Switch to Dual Emblem Display

Link to an image of this page  Link to an image of this page  [f8r p95]

Firmissima convelli non posse.

The firmest things cannot be uprooted


Oceanus quamvis fluctus pater excitet omnes,[1]
Danubiumque omnem barbare Turca bibas:[2]
Non tamen irrumpes perfracto limite, Caesar
Dum Carolus populis bellica signa dabit.[3]
Sic sacrae quercus[4] firmis radicibus astant,
Sicca licet venti concutiant folia.

Though Father Ocean rouses all his waves, though, barbarous Turk, you drink the Danube dry, yet you shall not break through the boundary and burst in, while Emperor Charles shall give to his peoples the signal for war. Even so, holy oaks stand firm with tenacious roots, though the winds rattle the dry leaves.


Authoris exclamatio, etiamsi Oceanus va-
Link to an image of this page  Link to an image of this page  [f8v p96]stum mare, omnes saevos, commoveat fluctus
hoc est licet Mauri, Aphri, seu qualescunque
Occidentalis Oceani infideles & barbarae
gentes Hispaniam praesertim, molestandam
& invadendam insurgant. Atque etiam cru-
delissimus Turca ad Orientem totum exhau-
riat Danubium (fluvius est maximus & cele-
bris Germaniae, qui etiam Ister dicitur, per
Hungariam tandem fluens, quod nobilissi-
mum Regnum ferè totum immanissimus
Turca, iam nuper devastavit). Attamen non
protinus furioso impetu tanquam perfracta
via, pro libitu irrumpet, dum Carolus Caesar
invictissimus Imperator pro nobis bella ge-
ret. Ille nanque sese habet instar quercus,
solidae arboris, cuius sicca folia etsi
ventis conquassata sive denique
ablata fuerint, illa nihilomi-
nus radice forti fir-
maque per-


1.  This poem is based on Anthologia graeca 9.291, which refers to a threat to ancient Rome from invading German tribes.

2.  The Turks invaded along the Danube and reached Hungary, winning the battle of Mohacs in 1526. When Alciato was writing, they continued to threaten Vienna and Central Europe.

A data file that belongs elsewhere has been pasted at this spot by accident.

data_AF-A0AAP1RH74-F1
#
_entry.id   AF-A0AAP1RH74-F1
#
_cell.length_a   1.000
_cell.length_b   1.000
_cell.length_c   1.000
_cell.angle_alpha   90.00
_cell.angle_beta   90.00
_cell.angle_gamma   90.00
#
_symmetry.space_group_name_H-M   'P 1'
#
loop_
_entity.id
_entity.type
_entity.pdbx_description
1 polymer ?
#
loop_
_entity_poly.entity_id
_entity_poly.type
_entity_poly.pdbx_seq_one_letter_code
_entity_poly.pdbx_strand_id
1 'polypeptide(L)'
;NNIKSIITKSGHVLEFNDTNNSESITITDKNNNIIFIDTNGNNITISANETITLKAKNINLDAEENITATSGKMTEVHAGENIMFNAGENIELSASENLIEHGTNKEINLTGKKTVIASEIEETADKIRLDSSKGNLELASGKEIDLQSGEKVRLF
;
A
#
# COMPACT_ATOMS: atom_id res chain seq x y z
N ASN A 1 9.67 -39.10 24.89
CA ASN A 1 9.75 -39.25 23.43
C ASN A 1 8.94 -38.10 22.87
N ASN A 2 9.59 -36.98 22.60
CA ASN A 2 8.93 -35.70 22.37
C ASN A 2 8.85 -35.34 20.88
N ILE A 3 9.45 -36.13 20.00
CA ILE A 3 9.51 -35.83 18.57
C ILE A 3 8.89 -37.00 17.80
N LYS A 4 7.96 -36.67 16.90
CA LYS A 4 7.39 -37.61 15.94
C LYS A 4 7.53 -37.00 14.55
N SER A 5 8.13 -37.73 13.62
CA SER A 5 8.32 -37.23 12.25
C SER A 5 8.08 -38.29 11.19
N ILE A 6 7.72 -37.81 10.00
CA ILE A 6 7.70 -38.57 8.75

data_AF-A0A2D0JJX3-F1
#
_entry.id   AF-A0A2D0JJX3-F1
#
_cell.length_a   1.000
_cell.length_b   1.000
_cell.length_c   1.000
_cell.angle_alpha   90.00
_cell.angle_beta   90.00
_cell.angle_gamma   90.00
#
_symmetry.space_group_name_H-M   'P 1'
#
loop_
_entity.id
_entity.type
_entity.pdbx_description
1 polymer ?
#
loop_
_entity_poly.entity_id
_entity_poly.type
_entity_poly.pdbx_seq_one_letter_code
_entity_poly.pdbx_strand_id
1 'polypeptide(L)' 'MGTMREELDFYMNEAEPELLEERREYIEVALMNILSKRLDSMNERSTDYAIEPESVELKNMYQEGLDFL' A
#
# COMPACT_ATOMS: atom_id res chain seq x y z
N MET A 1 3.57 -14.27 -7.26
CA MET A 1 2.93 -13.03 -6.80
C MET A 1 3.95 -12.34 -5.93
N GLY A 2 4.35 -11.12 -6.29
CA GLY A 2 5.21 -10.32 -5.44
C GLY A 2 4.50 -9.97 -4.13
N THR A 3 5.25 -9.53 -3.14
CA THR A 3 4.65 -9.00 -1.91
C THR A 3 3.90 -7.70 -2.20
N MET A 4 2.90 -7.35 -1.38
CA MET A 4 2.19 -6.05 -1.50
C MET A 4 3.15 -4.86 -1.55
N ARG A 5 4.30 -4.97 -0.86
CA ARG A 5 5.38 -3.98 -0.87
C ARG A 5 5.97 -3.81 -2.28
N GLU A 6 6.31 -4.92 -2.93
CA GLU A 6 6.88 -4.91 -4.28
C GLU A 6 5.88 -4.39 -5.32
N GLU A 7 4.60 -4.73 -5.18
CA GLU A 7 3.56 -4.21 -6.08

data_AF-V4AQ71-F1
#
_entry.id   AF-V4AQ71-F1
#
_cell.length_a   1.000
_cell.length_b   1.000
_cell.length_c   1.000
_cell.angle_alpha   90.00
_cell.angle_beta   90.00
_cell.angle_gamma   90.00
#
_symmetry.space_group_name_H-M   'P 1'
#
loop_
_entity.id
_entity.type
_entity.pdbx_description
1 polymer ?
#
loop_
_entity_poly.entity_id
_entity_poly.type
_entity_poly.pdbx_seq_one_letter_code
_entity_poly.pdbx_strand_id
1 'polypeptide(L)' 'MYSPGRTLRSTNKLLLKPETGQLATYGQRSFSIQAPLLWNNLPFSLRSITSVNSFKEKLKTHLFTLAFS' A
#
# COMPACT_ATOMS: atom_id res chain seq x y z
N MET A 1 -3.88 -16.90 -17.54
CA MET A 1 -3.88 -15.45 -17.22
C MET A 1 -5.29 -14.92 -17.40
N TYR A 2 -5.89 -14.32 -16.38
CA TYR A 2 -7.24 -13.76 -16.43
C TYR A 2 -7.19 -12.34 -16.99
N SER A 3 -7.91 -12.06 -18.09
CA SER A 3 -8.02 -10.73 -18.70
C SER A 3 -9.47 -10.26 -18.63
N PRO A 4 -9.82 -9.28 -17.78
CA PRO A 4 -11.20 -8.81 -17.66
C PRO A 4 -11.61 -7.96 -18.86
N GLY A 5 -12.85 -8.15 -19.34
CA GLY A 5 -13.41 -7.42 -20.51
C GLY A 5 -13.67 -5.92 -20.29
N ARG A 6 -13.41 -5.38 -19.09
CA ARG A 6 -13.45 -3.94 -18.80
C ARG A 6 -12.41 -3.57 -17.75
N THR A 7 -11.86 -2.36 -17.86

3.   Caesar...Charlus, i.e. Emperor Charles V, led the charge to recover the lost territory.

4.  ‘holy oaks’. Oaks were holy because sacred to Zeus, especially at his sanctuary at Dodona in Greece ([A56a232]). The image of the dry leaves is already present in the Greek poem, but see also Vergil, Aeneid 4.441-4.

Related Emblems

Show related emblems Show related emblems

Hint: You can set whether related emblems are displayed by default on the preferences page

Iconclass Keywords

Relating to the image:

Relating to the text:

  • (story of) Oceanus [91B112] Search | Browse Iconclass
  • Asiatic races and peoples: Turks [32B33(TURKS)] Search | Browse Iconclass
  • Constancy, Tenacity; 'Costanza', 'Tenacit�' (Ripa) (+ emblematical representation of concept) [53A21(+4)] Search | Browse Iconclass
  • geographical names of countries, regions, mountains, rivers, etc. (names of cities and villages excepted) (with NAME) [61D(DANUBE)] Search | Browse Iconclass
  • historical person (with NAME) other representations to which the NAME of a historical person may be attached (with NAME of person) [61B2(CHARLES V [of Holy Roman Empire])3] Search | Browse Iconclass
  • Invincibility (+ emblematical representation of concept) [54A71(+4)] Search | Browse Iconclass
  • Stability, Firmness; 'Fermezza', 'Stabilimento', 'Stabilit�' (Ripa) (+ emblematical representation of concept) [53A22(+4)] Search | Browse Iconclass

Hint: You can turn translations and name underlining on or off using the preferences page.


Back to top